My first term at Columbia (and LISPA) is now complete. The last week we presented six different final projects ranging from solo material to devising with all 17 people from our groups, visual art to singing, pure abstraction to technical organization. Now that I get to slow down over break, I want to take advantage to reflect on my personal journey through this term. My hope is that it speaks to some of those who want to pursue this adventure, or if you’re experiencing something similar then you’ll know you’re not alone.
I feel like I’ve felt every emotion in the last two weeks. They’re still present, but dulled. I’m an overflowing pot of information. I can’t possibly take in anymore… yet I still want to. Everything I’ve learned and experienced is a series of time bombs waiting to explode in the next assignment, sending more artistic and personal realizations shooting through my brain. I feel both like a loaf of bread in the oven waiting to rise and the child that’s impatiently waiting to eat it. I wish I could shut out the world and grate cheese for a week so that maybe I could more quickly process everything, but instead I’m going on an epic winter adventure through central Europe. Poor me.
This term has held a lot of discoveries and shattering of expectations for me.
Having had previous devising experience coming into the program, I welcomed the projects and thought of myself as a thoughtful and giving collaborator. Every idea I had about myself was challenged when collaborating with an international group. I became frustrated that my devising groups talked excessively before taking action, and I realized I was a common thread in these groups. I also realized how much I value words to express ideas, but the shared language we have is physical expression. Talking about an idea or disagreeing with one before it was put in the space gave a bigger advantage to native-English speakers in the group. I took advantage of that a lot in the beginning of the term. In hindsight, there were many times when I acted like a negatively stereotyped American in the devising groups – pushy, loud, and opinionated. Unfortunately, realizations don’t break habits instantly, but I have made a conscious effort to play instead of speak when creating content.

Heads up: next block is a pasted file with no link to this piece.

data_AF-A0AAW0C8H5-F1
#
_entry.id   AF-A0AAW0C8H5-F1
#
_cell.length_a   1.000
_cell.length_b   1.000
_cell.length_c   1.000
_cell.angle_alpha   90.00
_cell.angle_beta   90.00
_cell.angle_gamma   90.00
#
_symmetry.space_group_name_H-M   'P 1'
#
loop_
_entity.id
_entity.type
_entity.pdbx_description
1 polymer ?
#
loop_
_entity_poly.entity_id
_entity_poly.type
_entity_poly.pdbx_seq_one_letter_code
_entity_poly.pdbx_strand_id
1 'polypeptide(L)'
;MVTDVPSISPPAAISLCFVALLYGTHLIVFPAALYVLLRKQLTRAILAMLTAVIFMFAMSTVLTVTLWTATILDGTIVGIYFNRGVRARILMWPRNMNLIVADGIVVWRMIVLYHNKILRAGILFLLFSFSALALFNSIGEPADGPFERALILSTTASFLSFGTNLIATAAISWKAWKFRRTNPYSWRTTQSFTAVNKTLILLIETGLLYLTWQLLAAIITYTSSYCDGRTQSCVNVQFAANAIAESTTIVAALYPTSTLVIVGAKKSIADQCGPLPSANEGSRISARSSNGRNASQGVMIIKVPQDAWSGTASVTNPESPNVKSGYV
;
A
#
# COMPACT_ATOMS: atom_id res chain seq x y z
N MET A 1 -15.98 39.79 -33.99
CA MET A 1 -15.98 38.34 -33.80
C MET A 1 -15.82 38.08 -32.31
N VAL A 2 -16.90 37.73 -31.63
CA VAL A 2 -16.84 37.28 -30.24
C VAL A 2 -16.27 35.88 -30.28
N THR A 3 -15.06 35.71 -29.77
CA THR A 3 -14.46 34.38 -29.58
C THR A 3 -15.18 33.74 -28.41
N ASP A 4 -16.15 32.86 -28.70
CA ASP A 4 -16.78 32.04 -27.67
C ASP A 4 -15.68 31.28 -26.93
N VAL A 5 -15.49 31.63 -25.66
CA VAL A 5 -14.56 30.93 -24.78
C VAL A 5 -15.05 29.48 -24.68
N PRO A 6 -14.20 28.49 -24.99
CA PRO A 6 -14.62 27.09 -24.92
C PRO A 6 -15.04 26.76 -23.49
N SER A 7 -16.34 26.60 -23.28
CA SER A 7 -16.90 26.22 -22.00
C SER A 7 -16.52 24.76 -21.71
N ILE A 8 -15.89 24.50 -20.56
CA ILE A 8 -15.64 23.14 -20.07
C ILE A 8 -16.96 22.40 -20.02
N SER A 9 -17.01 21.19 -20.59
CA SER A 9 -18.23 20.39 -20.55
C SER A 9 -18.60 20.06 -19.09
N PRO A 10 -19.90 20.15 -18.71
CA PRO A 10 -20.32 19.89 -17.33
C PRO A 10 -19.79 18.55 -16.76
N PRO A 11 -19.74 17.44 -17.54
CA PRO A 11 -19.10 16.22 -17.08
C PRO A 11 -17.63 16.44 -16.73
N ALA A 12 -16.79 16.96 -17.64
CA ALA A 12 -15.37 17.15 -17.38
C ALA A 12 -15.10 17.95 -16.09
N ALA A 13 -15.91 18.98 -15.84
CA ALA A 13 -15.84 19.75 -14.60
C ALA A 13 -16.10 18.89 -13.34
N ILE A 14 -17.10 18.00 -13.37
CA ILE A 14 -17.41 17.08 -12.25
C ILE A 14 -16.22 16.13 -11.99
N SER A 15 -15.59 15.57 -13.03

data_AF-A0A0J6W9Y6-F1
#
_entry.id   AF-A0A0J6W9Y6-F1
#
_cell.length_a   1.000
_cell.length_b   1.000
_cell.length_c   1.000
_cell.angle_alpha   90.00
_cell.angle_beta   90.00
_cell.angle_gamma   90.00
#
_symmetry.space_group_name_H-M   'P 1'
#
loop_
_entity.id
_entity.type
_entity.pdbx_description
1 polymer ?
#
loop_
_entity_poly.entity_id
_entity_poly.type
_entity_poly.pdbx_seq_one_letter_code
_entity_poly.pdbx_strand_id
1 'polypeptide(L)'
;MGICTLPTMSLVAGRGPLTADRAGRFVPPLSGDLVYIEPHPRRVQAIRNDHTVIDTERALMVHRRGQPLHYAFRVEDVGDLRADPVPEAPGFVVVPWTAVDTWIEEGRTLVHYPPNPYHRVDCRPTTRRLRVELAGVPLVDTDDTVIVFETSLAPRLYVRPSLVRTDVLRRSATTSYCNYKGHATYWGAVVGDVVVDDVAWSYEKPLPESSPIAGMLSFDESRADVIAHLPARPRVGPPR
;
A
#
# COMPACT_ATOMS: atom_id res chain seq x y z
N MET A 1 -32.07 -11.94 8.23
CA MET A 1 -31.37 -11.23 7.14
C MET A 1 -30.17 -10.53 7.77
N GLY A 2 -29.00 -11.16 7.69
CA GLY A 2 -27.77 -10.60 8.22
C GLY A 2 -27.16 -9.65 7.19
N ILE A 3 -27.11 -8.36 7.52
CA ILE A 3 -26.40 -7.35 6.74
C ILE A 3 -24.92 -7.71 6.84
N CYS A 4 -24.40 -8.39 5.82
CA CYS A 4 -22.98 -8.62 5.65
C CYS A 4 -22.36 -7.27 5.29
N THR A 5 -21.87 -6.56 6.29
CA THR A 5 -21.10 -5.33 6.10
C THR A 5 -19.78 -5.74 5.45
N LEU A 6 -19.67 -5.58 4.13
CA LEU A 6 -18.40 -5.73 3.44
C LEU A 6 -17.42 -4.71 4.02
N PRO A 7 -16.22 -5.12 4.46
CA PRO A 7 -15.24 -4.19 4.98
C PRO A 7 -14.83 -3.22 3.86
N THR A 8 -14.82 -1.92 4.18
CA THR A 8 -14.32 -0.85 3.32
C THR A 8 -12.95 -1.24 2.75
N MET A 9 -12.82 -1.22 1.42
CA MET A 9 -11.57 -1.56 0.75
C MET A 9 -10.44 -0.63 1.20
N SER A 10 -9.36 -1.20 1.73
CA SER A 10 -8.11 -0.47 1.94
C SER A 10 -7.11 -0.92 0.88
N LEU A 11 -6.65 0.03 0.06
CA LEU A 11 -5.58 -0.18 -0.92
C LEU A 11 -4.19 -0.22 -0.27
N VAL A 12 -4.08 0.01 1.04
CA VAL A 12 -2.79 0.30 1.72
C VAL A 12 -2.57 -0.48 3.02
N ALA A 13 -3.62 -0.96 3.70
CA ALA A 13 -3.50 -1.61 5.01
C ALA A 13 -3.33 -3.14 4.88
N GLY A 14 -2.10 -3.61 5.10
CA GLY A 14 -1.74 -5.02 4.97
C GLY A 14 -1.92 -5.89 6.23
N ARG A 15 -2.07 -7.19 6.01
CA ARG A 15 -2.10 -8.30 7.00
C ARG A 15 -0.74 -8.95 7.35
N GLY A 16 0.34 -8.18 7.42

Some celebratory things have surfaced, too. When I entered the program, I thought of the word ego with a negative connotation. I thought of myself as a collaborator who put the ensemble first, and I was constantly surprised and eventually hurt when no one would give me the acting role that I thought I was capable of playing. Now I’ve come to think it is both important and necessary to have an ego AND put the ensemble first. I have my 17 person half-group to thank for this. We are a group of strong voices, and defending my ideas helped me to develop a voice of my own. I discovered that I should not expect my ensemble to give me a role, just as no one would hand me a role in an audition. I have to take the space. I have to make a proposal with confidence, and be willing to accept that the group may love it or hate it.
I have spent much of my career and this term investing in my ideas, and now I want to invest in myself as a performer.
Every journey through a performance-based masters program will be as unique as the person who experiences it. Another blog post about my creative reflections in three more months very well could be a copy and paste of this post with red strikethroughs and a punctuating ‘NOPE.’ Graduate school provokes, asks questions, and makes you identify the questions you want to keep pursuing. I’m excited for the growth to come in the remaining five-sixths of my academic studies, and I’m happy to be exactly where I am.